Dave Douglas Quintet with special guest Aoife O’Donovan – CD Release Concert – Dave Douglas describes the title of his new release, Be Still, as “aspirational.” The continually evolving trumpeter and composer settles down for a ballad-like set that presents a series of hymns and folk songs with an intensely personal connection. Be Still brings out the most lyrical side of Douglas, and introduces both a newly configured Quintet, and an important new collaborator, vocalist and guitarist Aoife O’Donovan.

Thursday and Friday, September 20 and 21 – Speyer Hall, University Settlement8pm, 184 Eldridge St, NYC.

September 20 – The Spaces In Between with Sao Paulo Underground Cornetist Rob Mazurek and choreographer/artist Marianne Kim’s FONT-commissioned collaboration grown out of the meditative environments of Mazurek’s solo performances at the Rothko Chapel, in Houston, TX and at the Abbaye Royale de Fontevrau, France.

September 21 – TILT Brass performs music by Dave Ballou, the latest installment of Nate Wooley’s 7-Storey Mountain, and the New York premiere of Louis Andreissen’s De Volharding for brass sextet and a cast of special guests. Tickets available HERE

Sunday, September 23 – The Village Zendo7pm, 588 Broadway, NYC, Suite 1108. $20 Suggested Donation,

Villagers and Trumpet: FONT Music at the Village ZendoNatsuki Tamura and Josh Deutsch each present duo sets of their music in an intimate and diverse concert at the beautiful Village Zendo

September 26-27 – Smalls Jazz ClubSets at 7:30, 9 and 10:30pm, 183 West 10th St, NYC, $20,

Wednesday, September 26 – Dave Chisholm’s Calligraphy, Jean Caze Group, Jon Crowley’s Heart of Darkness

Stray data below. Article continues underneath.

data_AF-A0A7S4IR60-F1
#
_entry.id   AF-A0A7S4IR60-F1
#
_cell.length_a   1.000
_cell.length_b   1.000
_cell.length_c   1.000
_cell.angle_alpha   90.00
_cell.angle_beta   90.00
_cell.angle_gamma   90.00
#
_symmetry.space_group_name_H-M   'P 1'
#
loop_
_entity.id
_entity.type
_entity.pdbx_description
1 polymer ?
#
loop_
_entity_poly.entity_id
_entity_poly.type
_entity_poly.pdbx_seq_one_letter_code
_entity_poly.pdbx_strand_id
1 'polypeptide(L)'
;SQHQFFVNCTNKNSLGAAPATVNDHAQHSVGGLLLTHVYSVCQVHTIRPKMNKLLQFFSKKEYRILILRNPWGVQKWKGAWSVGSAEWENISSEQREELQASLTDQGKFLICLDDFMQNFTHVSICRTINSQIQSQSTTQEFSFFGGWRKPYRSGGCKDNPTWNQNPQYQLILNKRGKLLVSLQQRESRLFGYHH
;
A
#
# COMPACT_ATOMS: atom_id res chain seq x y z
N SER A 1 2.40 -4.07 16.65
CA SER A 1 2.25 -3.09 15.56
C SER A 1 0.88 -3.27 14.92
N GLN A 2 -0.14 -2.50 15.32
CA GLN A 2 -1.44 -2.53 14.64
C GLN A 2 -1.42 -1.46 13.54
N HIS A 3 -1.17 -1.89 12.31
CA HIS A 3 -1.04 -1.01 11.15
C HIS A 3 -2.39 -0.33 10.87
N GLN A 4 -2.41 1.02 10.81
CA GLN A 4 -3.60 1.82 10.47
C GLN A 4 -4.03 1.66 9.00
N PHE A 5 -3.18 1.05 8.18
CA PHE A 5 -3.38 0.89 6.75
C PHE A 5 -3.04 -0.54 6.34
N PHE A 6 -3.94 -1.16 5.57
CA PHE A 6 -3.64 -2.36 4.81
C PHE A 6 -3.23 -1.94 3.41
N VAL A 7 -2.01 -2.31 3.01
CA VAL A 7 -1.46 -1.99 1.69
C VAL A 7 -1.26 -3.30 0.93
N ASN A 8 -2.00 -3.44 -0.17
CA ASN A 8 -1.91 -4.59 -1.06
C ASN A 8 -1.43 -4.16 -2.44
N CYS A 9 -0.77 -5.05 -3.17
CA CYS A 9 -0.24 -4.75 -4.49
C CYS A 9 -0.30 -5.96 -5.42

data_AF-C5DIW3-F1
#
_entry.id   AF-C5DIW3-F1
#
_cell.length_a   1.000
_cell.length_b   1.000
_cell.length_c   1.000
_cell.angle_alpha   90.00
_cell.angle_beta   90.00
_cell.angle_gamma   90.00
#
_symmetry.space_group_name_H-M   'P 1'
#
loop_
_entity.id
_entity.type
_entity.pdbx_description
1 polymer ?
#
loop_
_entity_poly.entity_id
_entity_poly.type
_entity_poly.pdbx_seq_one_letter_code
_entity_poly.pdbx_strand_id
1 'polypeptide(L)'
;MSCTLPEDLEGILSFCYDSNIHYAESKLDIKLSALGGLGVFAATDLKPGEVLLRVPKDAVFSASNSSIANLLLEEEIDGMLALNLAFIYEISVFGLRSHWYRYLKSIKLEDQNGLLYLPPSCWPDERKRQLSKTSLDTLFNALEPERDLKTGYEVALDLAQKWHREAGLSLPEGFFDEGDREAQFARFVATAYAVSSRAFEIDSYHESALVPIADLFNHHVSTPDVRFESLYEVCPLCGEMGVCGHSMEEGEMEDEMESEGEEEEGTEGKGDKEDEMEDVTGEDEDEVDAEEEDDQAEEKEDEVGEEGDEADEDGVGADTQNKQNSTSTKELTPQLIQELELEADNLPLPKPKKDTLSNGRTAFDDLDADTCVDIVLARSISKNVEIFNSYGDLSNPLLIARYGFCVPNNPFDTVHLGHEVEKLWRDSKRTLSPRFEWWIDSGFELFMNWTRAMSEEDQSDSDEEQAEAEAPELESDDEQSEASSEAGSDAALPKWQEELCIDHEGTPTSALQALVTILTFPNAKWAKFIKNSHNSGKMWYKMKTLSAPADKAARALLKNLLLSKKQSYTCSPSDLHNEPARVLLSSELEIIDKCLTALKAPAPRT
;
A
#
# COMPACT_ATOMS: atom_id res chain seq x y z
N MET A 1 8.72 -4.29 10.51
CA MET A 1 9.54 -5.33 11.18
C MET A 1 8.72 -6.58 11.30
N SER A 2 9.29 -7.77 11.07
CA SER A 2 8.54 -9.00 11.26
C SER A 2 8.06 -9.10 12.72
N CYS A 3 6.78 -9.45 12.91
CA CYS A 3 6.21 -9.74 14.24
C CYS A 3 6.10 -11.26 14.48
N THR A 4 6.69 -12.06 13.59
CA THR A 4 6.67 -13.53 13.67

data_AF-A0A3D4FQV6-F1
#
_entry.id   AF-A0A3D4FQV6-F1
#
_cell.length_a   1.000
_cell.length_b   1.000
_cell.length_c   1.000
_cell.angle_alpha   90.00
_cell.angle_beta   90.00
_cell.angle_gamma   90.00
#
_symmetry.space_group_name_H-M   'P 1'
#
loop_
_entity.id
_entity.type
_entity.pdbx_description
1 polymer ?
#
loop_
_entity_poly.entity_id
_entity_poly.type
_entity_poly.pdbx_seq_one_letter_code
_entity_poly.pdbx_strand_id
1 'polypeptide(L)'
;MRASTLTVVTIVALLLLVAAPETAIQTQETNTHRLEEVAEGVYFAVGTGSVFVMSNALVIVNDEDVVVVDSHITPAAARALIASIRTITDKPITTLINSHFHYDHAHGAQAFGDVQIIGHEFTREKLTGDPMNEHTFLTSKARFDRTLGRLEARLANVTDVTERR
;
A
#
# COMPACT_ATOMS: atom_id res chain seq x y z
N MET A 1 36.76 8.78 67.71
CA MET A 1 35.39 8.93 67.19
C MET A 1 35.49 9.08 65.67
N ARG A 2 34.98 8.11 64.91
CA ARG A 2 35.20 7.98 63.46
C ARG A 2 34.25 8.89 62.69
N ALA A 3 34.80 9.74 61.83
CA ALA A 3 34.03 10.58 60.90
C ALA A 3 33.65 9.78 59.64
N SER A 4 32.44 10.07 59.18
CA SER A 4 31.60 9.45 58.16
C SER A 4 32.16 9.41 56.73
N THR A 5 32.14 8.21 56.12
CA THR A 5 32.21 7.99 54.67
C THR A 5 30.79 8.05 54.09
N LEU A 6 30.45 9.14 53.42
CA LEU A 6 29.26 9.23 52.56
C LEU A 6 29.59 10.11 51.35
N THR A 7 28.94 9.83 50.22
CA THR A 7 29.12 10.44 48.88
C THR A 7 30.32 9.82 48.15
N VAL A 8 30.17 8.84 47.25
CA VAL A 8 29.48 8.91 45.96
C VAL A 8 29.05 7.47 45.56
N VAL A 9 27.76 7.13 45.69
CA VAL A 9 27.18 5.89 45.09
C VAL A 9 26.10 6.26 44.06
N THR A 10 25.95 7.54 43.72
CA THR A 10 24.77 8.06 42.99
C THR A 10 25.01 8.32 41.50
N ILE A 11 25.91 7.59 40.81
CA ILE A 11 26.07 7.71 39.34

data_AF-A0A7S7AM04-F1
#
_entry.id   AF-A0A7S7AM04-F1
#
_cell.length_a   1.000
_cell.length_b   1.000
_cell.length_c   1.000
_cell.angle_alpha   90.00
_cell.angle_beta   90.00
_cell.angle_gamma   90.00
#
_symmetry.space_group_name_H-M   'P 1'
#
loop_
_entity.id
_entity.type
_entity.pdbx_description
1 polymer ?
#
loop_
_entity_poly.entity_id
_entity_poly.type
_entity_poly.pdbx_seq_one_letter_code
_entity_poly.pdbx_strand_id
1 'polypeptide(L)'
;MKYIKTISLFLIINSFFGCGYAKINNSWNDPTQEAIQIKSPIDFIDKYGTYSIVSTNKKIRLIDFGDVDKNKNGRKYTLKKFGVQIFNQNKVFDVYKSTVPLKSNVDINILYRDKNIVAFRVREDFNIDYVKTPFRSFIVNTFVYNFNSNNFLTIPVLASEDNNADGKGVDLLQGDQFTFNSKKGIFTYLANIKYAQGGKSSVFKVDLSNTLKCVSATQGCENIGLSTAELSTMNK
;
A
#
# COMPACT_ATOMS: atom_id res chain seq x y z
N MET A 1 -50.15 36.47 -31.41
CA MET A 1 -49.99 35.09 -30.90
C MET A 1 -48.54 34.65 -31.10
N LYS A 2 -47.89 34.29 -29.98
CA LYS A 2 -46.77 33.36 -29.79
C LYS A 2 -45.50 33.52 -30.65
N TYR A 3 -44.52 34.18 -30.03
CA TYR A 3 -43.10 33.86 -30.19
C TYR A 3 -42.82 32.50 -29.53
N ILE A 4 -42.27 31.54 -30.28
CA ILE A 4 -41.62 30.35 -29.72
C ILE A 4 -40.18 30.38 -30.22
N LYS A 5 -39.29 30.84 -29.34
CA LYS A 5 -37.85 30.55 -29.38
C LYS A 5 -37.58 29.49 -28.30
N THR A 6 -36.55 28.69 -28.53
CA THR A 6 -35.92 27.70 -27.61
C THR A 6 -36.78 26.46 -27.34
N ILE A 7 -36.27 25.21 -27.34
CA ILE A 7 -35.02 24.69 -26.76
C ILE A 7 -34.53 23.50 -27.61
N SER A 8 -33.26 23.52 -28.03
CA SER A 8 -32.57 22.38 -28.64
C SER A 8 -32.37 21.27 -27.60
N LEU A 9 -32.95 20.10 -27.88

Thursday, September 27 – Alicia Rau’s aRAUz, John Raymond Group, David Weiss Group

September 30 – Rockwood Music Hall Doors 6:30pm, 196 Allen St, NYC, $12, Rockwood Music Hall

Sunday, September 30 – 7 pm – yMusic – 8pm – No BS! Brass Hailed by NPR’s Fred Child as “one of the groups that has really helped to shape the future of classical music,” yMusic is a sextet of young performers equally comfortable in the overlapping classical and pop music worlds. yMusic will be premiering a FONT-Commissioned work by Andrew Norman. No BS! Brass Band is a powerful brass band that embraces the spirit of New Orleans into its original East Coast modern funk.

October 4-7 – Jazz Standard Showtimes 7:30 and 9:30 with an 11:30 set on October 5 and 6, 116 East 27th St, NYC. Jack Walrath, Charles Tolliver and Tom Harrell all perform new music commissioned by FONT Music.

October 4 – Jack Walrath

October 5 – RETROFORWARD ™, Charles Tolliver & Music Inc/Continuum

October 6 – Tom Harrell

October 7 – West Point Jazz Knights featuring Claudio Roditi – The exciting, post-bop oriented trumpeter Claudio Roditi joins the West Point Jazz Knights in a concert of new music by Roditi. FREE!

April 10, 2012

Nate Wooley, Aaron Shragge and Nadje Noordhuis at the Village Zendo

Villagers and Trumpet: An Evening of Innovative Trumpet Music
Presented by the Village Zendo and the Festival of New Trumpet Music

Nate Wooley and Joe Morris
Aaron Ryuko Shragge and Ben Monder
Nadje Noordhuis and James Shipp

Friday May 4th, 8 pm
$20 suggested donation, 588 Broadway, suite 1108, NYC
Read More

October 10, 2011

Kenny Wheeler: Profile of an Incredible Career

Kenny Wheeler

Kenny Wheeler: Profile of an Incredible Career

By Douglas Detrick

For more information, read Douglas Detrick’s interview with trumpeter Nick Smart about Kenny Wheeler.

Still a prolific performer and composer into his eighties, Kenny Wheeler is among the most influential trumpet players in jazz. The Festival of New Trumpet Music is proud to present Kenny Wheeler in a four-concert series taking place October 20 through 23, where he will appear with some of New York’s most in-demand trumpet players, including Ingrid Jensen, Jonathon Finlayson, Shane Endsley and Nate Wooley and the John Hollenbeck Large Ensemble to perform a range of his classic and new compositions for large and small jazz ensembles and brass ensemble.Read More

October 10, 2011

Interview with Nick Smart: On Kenny Wheeler

Nick Smart

Interview with Nick Smart: On Kenny Wheeler
from a conversation that took place 9.19.11.

By Douglas Detrick